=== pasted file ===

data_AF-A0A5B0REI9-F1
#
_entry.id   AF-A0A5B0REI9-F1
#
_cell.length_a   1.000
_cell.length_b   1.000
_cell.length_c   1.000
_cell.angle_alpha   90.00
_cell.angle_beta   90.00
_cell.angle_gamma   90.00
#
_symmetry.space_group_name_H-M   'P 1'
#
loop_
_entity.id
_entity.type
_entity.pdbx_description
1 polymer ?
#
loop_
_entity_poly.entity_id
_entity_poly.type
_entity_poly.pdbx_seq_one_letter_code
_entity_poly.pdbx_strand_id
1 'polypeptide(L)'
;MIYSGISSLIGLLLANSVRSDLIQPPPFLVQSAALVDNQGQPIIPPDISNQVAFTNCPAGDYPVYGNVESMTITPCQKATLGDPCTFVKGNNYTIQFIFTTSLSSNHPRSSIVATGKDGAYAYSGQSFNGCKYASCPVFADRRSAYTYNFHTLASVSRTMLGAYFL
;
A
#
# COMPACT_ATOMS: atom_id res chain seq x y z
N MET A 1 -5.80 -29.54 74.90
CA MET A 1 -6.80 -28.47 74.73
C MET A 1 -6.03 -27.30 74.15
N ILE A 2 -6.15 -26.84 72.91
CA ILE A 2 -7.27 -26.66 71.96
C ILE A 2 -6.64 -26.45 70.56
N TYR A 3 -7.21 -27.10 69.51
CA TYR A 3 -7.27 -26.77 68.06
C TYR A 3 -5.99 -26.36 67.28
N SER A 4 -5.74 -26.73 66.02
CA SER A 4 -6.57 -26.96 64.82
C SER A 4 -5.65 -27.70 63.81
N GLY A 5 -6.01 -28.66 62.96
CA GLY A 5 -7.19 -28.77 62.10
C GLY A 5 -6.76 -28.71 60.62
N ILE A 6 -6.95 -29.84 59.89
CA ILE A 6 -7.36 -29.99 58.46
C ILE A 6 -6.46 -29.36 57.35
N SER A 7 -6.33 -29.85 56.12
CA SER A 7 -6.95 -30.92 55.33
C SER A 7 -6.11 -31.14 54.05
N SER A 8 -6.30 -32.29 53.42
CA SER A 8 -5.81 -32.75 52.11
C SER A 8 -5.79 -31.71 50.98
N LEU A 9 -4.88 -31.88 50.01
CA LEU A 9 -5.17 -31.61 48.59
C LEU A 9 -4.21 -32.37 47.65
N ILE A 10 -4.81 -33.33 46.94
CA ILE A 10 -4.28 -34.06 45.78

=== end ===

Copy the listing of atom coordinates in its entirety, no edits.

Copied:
data_AF-A0A5B0REI9-F1
#
_entry.id   AF-A0A5B0REI9-F1
#
_cell.length_a   1.000
_cell.length_b   1.000
_cell.length_c   1.000
_cell.angle_alpha   90.00
_cell.angle_beta   90.00
_cell.angle_gamma   90.00
#
_symmetry.space_group_name_H-M   'P 1'
#
loop_
_entity.id
_entity.type
_entity.pdbx_description
1 polymer ?
#
loop_
_entity_poly.entity_id
_entity_poly.type
_entity_poly.pdbx_seq_one_letter_code
_entity_poly.pdbx_strand_id
1 'polypeptide(L)'
;MIYSGISSLIGLLLANSVRSDLIQPPPFLVQSAALVDNQGQPIIPPDISNQVAFTNCPAGDYPVYGNVESMTITPCQKATLGDPCTFVKGNNYTIQFIFTTSLSSNHPRSSIVATGKDGAYAYSGQSFNGCKYASCPVFADRRSAYTYNFHTLASVSRTMLGAYFL
;
A
#
# COMPACT_ATOMS: atom_id res chain seq x y z
N MET A 1 -5.80 -29.54 74.90
CA MET A 1 -6.80 -28.47 74.73
C MET A 1 -6.03 -27.30 74.15
N ILE A 2 -6.15 -26.84 72.91
CA ILE A 2 -7.27 -26.66 71.96
C ILE A 2 -6.64 -26.45 70.56
N TYR A 3 -7.21 -27.10 69.51
CA TYR A 3 -7.27 -26.77 68.06
C TYR A 3 -5.99 -26.36 67.28
N SER A 4 -5.74 -26.73 66.02
CA SER A 4 -6.57 -26.96 64.82
C SER A 4 -5.65 -27.70 63.81
N GLY A 5 -6.01 -28.66 62.96
CA GLY A 5 -7.19 -28.77 62.10
C GLY A 5 -6.76 -28.71 60.62
N ILE A 6 -6.95 -29.84 59.89
CA ILE A 6 -7.36 -29.99 58.46
C ILE A 6 -6.46 -29.36 57.35
N SER A 7 -6.33 -29.85 56.12
CA SER A 7 -6.95 -30.92 55.33
C SER A 7 -6.11 -31.14 54.05
N SER A 8 -6.30 -32.29 53.42
CA SER A 8 -5.81 -32.75 52.11
C SER A 8 -5.79 -31.71 50.98
N LEU A 9 -4.88 -31.88 50.01
CA LEU A 9 -5.17 -31.61 48.59
C LEU A 9 -4.21 -32.37 47.65
N ILE A 10 -4.81 -33.33 46.94
CA ILE A 10 -4.28 -34.06 45.78